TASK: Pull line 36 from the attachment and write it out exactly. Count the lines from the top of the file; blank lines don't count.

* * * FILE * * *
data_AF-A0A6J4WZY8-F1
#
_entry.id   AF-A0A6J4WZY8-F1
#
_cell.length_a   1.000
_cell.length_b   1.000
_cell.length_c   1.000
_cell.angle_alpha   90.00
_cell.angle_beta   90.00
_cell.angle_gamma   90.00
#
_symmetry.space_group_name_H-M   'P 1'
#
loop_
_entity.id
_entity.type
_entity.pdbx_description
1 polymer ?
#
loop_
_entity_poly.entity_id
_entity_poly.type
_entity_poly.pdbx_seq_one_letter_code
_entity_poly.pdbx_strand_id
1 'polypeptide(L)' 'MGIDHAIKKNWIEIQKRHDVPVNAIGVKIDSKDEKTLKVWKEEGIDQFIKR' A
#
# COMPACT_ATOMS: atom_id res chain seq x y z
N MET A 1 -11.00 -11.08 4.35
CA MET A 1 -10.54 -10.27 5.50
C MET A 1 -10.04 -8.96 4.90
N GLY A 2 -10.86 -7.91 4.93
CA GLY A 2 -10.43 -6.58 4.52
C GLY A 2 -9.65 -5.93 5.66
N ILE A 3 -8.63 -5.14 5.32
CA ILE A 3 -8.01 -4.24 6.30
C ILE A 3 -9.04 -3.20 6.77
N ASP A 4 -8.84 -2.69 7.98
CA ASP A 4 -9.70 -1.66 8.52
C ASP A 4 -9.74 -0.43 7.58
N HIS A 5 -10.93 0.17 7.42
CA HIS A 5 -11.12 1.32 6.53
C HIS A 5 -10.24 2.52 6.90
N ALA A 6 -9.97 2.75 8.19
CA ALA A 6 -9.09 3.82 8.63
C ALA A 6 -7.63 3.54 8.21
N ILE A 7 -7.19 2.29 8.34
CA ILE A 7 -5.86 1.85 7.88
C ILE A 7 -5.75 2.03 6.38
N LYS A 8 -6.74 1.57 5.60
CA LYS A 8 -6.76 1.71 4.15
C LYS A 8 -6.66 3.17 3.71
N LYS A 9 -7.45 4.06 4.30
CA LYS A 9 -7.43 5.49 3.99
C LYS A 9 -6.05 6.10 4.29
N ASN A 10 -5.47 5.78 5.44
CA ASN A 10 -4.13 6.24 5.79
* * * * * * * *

C ILE A 3 -9.04 -3.20 6.77